Ordinance change forces family to get rid of pigeons in Sterling Heights

On video 6-year-old Julius of Sterling Heights cried after learning he's no longer allowed to have his pet pigeons because of a city ordinance.

"I want everybody to see that video," said Linda Jarbo. "Every day he cries. Every day," she said. 

Living in the city since 2011, Wally and Linda Jarbo say they've been raising and racing pigeons for years. Julius named and cared for the roughly 50 to 60 birds.

"They're very dedicated, they have done it for years," said attorney Greg Rohl. "It's almost like a religion." 

Wally Jarbo is proudly part of the National Pigeon Association - and says they got approved to have the pigeons with no problems.

"Even the city attorney said that they had no complain about me, nothing." Wally Jarbo said.

But the city says in 2017, due to complaints from residents, a change was made in the city's ordinance. It puts the pigeons in jeopardy with an eight-acre restriction.

The ordinance says the zoning board would not approve new pigeon lofts on property under eight acres.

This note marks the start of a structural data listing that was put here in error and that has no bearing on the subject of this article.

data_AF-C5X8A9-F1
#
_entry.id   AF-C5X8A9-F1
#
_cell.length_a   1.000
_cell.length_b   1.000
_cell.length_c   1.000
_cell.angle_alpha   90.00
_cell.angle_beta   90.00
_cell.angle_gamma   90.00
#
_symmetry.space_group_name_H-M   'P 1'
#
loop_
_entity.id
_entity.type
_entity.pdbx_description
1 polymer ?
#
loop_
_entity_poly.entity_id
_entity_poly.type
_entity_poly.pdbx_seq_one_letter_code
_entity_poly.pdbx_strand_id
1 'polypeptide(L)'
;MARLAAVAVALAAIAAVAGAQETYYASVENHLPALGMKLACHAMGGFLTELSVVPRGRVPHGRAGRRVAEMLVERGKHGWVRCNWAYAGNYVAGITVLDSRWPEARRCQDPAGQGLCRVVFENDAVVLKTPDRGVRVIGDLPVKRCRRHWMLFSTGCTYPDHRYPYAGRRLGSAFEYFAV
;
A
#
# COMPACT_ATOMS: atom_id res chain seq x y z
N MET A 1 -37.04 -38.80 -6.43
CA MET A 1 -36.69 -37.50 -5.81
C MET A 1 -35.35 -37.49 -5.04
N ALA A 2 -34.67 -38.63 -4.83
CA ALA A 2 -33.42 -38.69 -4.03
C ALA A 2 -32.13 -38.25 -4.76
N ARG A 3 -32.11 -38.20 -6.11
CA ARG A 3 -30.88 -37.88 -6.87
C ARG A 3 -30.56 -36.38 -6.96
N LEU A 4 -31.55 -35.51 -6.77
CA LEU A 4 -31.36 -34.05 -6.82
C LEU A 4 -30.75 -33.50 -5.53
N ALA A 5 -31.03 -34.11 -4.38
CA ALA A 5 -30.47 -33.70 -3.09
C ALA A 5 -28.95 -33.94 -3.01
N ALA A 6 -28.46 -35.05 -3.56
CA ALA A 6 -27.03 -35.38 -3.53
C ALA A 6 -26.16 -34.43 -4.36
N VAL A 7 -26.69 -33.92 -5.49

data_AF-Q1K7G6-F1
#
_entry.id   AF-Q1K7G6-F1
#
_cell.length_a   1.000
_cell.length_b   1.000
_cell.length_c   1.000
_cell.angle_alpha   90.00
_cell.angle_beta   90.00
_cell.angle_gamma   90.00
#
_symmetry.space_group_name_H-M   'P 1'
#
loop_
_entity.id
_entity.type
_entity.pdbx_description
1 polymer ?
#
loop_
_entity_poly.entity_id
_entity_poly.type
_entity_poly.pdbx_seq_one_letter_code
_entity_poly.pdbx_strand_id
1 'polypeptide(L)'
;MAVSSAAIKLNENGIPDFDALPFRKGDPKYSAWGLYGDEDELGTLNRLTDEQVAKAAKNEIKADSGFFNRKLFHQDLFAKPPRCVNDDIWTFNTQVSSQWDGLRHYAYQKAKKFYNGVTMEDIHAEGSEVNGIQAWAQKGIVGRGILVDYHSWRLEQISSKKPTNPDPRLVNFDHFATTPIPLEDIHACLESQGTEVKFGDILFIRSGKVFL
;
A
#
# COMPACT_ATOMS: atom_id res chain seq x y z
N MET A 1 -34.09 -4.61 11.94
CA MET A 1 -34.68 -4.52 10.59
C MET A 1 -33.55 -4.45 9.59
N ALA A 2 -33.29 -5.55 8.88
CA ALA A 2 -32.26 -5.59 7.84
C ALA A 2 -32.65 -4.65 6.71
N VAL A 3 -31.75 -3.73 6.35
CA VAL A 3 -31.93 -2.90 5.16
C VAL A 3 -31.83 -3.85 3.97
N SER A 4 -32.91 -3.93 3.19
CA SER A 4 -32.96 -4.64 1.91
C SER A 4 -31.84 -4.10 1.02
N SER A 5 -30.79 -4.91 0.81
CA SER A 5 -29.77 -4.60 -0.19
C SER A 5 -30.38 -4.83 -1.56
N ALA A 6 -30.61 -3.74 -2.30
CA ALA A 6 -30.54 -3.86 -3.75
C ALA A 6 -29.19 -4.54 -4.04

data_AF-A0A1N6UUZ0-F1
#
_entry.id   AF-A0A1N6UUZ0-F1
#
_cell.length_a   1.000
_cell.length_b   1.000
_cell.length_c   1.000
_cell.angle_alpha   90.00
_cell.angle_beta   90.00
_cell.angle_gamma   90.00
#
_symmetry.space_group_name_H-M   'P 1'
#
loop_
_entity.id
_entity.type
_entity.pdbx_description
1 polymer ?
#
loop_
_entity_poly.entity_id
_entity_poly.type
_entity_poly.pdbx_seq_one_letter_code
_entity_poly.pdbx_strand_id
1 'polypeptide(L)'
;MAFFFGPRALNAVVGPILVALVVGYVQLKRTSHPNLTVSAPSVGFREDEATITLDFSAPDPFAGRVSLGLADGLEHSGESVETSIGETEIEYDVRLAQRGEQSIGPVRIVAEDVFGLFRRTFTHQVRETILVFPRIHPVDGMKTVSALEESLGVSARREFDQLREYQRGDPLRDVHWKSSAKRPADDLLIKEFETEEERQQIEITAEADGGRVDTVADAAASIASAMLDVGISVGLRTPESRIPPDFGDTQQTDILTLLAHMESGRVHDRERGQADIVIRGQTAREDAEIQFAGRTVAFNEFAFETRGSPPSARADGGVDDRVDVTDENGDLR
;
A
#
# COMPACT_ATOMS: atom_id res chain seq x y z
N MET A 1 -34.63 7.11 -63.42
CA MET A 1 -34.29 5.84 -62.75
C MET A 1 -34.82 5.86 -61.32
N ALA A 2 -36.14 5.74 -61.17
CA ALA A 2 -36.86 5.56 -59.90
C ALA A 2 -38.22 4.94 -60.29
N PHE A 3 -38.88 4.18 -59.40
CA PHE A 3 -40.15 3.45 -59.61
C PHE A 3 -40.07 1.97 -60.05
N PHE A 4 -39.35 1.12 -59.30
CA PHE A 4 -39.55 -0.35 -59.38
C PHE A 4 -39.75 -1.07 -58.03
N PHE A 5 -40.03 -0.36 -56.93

"Who is going to have eight acres in Sterling Heights?” said Linda.  "Come on, where do I have a big farm, what do I have? A big farm? what do I have?"

Wally Jarbo was ticketed this summer even after he says they removed the pigeons in November of 2018. 

"I feel I've been betrayed by the way treated us," he said.

FOX 2: "You're facing jail time?"

"Yes because of this," he said.

Wally Jarbo will stand before a judge Tuesday and his wife Linda says she's nervous.

"I should be grandfathered in," Wally said. "It's not my fault if they don't have the guidelines written as they do now."

Meanwhile a spokesperson with the city told FOX 2 - that large backyard pigeon lofts in a residential subdivision are not consistent with community standards - adding that: 

"The raising of pigeons is particularly problematic since the impact in terms of waste can extend beyond property lines. The City is simply seeking compliance from the property owner, not jail time." 

"We are all about compromise," Rohl said. "These coops can be grandfathered in. I think we be fine with that."